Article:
On Wednesday afternoon, 13 Republican members of the House Armed Services Committee stood alongside Thornberry at a press conference to tout their support for the deal.

"I suspect every person here has concerns about it, would write it differently than is currently being written, but that's not the choice. This is a negotiated compromise," Thornberry said, adding that he thinks it will pass. "And I think the people who are concerned about the consequences of debt have very good points. There are real consequences to mounting debt. At the same time, there are real consequences to not providing the resources to fix your planes and ships, and we saw some of those consequences in the past year."

Defense hawks have become increasingly agitated at the cycle of stopgap spending measures that have been used to fund the government since September.

Boosting their position has been increasingly stern warnings from Defense Secretary James MattisJames Norman MattisFed chief issues stark warning to Congress on deficits Why US democracy support matters Hillicon Valley: DOJ indicts four Chinese military officers over Equifax hack | Amazon seeks Trump deposition in 'war cloud' lawsuit | Inside Trump's budget | Republican proposes FTC overhaul MORE on the harmful effects of Congress’s budget dysfunction.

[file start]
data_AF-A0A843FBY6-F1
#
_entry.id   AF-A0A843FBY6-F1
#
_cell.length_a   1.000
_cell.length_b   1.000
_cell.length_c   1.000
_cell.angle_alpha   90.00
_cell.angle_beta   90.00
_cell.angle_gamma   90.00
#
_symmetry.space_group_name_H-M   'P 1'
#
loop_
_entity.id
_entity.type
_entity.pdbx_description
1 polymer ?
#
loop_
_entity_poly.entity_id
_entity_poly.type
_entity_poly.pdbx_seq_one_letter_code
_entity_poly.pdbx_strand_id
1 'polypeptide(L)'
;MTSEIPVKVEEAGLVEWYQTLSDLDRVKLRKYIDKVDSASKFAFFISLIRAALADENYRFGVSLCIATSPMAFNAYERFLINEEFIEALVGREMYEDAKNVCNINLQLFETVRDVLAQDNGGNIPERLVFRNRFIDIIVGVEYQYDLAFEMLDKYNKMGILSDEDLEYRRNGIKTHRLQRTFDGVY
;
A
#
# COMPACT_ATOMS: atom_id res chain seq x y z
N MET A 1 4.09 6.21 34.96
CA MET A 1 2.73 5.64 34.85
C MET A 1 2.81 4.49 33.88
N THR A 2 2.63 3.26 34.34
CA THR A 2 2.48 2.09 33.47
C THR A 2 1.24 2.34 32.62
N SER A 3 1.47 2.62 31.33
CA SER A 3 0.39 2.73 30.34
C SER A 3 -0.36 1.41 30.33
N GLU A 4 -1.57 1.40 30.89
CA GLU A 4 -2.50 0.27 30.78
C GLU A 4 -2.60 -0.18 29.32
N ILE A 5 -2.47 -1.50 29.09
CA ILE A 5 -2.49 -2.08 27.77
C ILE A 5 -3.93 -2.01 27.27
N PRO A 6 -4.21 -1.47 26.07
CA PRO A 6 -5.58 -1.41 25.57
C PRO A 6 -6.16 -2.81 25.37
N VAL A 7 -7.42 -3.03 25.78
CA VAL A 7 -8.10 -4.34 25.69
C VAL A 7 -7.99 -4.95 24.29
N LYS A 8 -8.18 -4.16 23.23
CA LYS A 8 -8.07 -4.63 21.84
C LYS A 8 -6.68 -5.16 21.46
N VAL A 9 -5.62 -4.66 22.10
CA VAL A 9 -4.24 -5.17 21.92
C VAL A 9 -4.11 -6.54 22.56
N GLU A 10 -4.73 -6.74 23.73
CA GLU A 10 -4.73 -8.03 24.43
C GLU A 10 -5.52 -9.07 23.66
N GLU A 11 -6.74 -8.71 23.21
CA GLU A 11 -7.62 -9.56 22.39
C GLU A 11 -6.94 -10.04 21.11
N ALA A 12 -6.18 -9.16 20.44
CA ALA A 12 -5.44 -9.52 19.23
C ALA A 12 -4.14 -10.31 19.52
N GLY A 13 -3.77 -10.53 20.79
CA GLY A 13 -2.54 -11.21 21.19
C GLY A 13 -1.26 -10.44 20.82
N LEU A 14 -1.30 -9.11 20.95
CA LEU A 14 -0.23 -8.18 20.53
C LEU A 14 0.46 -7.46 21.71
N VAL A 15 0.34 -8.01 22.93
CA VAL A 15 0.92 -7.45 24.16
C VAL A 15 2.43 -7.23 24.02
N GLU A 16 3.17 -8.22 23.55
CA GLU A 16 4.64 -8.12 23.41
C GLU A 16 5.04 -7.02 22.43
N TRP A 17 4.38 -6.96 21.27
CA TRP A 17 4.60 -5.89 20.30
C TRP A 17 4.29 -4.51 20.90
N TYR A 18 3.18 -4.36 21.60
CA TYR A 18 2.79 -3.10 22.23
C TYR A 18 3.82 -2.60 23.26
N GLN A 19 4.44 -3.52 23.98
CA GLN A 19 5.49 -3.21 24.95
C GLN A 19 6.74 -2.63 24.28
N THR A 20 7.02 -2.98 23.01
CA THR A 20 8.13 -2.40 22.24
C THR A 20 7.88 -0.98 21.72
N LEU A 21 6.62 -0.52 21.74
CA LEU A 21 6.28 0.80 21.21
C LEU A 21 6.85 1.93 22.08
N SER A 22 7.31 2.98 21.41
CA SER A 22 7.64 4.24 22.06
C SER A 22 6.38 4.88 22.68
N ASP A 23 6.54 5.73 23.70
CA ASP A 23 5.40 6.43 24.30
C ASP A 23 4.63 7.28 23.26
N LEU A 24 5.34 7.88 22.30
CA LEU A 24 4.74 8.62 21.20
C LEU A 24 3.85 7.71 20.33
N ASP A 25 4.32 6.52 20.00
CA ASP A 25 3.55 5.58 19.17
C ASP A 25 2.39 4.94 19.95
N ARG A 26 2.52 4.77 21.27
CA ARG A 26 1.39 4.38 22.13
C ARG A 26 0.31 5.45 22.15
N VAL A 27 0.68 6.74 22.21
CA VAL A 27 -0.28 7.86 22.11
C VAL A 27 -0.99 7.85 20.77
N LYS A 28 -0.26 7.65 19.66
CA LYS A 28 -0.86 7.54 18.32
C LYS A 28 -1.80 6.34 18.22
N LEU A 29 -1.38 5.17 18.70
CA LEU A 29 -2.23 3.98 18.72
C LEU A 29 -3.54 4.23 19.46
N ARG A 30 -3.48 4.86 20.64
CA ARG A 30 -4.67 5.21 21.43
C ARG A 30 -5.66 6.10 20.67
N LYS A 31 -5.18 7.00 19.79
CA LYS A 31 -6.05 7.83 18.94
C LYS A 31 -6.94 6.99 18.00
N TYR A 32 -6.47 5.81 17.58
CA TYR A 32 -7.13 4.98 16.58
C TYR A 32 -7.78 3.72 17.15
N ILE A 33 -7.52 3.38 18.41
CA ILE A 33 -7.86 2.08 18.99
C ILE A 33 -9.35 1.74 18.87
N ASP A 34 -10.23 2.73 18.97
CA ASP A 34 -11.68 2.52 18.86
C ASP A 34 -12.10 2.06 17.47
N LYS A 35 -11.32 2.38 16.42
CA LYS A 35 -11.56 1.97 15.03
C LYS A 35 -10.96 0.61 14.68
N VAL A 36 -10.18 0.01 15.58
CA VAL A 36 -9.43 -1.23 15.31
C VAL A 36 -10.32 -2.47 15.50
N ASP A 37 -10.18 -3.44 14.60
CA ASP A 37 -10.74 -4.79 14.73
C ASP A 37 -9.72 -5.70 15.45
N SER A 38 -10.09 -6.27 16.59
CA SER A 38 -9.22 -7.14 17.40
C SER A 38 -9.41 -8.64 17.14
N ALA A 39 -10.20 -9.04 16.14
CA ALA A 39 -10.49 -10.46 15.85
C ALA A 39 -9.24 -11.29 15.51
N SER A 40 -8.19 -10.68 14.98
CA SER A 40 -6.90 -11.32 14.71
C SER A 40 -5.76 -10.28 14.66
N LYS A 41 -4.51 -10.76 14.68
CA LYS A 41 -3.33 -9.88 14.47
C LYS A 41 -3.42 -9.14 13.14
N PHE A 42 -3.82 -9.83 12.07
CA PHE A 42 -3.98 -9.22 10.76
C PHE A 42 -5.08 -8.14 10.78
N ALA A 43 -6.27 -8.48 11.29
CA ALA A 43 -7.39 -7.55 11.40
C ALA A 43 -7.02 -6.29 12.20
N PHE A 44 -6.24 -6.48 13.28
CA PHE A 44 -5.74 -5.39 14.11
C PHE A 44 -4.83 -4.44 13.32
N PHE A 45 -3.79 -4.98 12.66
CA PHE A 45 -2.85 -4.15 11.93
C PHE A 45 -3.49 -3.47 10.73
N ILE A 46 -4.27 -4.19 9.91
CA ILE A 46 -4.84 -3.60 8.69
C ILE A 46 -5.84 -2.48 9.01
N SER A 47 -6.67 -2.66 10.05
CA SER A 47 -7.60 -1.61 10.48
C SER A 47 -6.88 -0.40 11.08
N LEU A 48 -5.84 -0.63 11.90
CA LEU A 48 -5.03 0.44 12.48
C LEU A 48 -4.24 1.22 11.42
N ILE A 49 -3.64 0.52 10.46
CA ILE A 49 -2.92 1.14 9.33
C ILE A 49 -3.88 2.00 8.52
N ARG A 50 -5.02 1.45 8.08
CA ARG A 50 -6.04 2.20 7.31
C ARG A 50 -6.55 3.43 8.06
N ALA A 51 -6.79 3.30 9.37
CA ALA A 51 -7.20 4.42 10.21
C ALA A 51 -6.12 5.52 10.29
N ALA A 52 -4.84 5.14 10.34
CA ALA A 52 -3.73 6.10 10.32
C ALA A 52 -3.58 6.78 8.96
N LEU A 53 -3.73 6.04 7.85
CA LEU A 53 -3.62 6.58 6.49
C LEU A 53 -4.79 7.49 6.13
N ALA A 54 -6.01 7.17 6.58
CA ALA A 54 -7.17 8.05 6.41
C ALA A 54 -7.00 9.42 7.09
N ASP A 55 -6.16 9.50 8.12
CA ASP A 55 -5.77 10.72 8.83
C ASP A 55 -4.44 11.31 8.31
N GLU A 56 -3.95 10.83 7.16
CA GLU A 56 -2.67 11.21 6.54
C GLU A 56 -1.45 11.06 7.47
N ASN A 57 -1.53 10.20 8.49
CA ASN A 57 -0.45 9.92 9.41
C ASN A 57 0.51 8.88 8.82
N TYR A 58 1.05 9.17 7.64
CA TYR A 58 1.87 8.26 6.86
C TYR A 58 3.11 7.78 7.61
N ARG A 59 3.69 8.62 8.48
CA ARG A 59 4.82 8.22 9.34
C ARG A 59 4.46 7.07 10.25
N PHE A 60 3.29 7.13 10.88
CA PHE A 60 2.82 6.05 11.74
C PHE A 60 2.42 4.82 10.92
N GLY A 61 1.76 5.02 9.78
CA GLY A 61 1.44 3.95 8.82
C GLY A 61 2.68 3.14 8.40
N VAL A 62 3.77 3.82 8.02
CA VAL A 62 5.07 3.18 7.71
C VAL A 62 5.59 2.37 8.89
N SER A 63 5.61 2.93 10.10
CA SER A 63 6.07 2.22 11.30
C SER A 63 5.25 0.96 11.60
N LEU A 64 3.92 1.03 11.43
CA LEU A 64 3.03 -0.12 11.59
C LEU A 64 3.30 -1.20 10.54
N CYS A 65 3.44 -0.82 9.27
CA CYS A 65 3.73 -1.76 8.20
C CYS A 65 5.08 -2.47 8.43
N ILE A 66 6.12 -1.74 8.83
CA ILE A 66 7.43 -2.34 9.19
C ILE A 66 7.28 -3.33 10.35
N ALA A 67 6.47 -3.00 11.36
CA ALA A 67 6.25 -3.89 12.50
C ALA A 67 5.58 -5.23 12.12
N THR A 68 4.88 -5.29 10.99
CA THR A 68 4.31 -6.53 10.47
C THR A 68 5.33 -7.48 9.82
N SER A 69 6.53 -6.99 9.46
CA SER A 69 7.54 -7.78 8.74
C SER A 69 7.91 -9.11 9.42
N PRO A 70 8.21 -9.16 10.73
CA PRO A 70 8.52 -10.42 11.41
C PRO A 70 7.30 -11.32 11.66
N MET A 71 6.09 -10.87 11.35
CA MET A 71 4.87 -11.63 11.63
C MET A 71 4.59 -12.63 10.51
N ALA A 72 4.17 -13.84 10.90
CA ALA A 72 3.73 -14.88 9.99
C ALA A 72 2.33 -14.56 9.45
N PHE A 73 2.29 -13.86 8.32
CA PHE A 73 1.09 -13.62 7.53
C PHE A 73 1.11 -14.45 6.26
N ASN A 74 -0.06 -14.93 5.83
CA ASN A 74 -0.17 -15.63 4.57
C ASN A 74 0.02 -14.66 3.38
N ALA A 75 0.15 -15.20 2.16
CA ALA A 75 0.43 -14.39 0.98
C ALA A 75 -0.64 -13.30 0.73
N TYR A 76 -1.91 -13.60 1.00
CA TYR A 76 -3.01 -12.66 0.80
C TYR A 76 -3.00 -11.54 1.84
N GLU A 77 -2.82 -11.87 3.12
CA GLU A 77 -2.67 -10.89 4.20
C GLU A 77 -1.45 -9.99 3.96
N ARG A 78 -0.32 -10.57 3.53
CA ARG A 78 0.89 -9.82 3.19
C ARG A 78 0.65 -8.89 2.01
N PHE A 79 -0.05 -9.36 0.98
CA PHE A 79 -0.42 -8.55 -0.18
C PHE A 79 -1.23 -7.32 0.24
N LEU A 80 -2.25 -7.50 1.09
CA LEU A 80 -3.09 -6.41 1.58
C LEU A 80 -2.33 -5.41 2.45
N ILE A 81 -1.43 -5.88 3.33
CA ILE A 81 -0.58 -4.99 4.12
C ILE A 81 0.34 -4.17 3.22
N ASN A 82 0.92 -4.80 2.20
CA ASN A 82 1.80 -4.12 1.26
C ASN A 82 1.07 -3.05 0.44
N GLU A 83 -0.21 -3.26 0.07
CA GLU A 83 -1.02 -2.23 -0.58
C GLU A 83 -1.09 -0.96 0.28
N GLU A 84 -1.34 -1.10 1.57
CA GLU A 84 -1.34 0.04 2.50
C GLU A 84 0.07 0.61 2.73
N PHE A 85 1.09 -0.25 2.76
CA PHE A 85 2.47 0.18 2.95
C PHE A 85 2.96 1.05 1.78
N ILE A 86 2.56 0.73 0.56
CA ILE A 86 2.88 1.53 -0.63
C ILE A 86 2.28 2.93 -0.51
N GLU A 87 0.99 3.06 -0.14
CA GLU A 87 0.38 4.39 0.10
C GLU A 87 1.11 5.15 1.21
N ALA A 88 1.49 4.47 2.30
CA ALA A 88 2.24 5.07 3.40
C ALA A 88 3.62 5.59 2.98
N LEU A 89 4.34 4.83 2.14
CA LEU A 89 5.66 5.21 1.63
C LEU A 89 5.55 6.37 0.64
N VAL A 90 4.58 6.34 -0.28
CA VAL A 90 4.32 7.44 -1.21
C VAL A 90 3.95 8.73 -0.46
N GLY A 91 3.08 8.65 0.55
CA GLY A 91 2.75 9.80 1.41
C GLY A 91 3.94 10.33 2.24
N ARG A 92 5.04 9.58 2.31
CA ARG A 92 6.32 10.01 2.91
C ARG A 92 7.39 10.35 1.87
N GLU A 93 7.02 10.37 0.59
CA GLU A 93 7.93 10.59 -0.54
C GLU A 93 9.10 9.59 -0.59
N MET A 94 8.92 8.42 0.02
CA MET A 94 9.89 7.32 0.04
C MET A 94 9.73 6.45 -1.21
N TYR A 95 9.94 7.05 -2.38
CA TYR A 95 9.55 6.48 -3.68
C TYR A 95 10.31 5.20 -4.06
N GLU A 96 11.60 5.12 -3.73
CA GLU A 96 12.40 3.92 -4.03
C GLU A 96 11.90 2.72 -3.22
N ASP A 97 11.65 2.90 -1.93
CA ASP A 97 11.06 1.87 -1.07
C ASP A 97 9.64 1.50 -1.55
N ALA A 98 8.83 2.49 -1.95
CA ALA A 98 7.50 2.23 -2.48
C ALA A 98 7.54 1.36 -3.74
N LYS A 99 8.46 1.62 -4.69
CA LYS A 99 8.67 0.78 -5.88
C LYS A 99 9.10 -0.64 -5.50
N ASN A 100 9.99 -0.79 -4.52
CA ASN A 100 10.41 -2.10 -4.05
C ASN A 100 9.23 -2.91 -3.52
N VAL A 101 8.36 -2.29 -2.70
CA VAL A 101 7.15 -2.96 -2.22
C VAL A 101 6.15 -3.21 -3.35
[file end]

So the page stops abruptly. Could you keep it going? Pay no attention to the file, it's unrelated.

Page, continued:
“Congress mandated, rightfully mandated this National Defense Strategy — the first one in a decade — then shut down the government the day of its release. Today, we are again operating under a disruptive continuing resolution,” Mattis told the House Armed Services Committee on Tuesday. “I regret that without sustained, predictable appropriations, my presence here today wastes your time because no strategy can survive, as you pointed out chairman, without the funding necessary to resource it.”

In their statement Wednesday, Thornberry and McCain said the budget agreement “finally” does what they’ve been calling for.

“After nearly a decade of asking our troops to do more with less, we hope this agreement will allow the military to begin to rebuild and ensure that process can continue into next year,” they said. “But our work is far from over. While we have committed to a budget, we owe our troops an even greater commitment — not to slide back into dysfunction, not to hold their resources hostage to unrelated political concerns, and never send them into harm’s way without everything they need to be successful.”

They also praised the deal’s inclusion of funding for other agencies important to national security.

“We recognize that our national security is not solely the responsibility of our military,” they said. “It also depends on our intelligence professionals, our diplomats, our law enforcement officers, first responders and homeland defenders. These Americans also have many worthy requirements for additional resources so they can do their jobs, often shoulder to shoulder with our men and women in uniform.”

Updated at 5:14 p.m.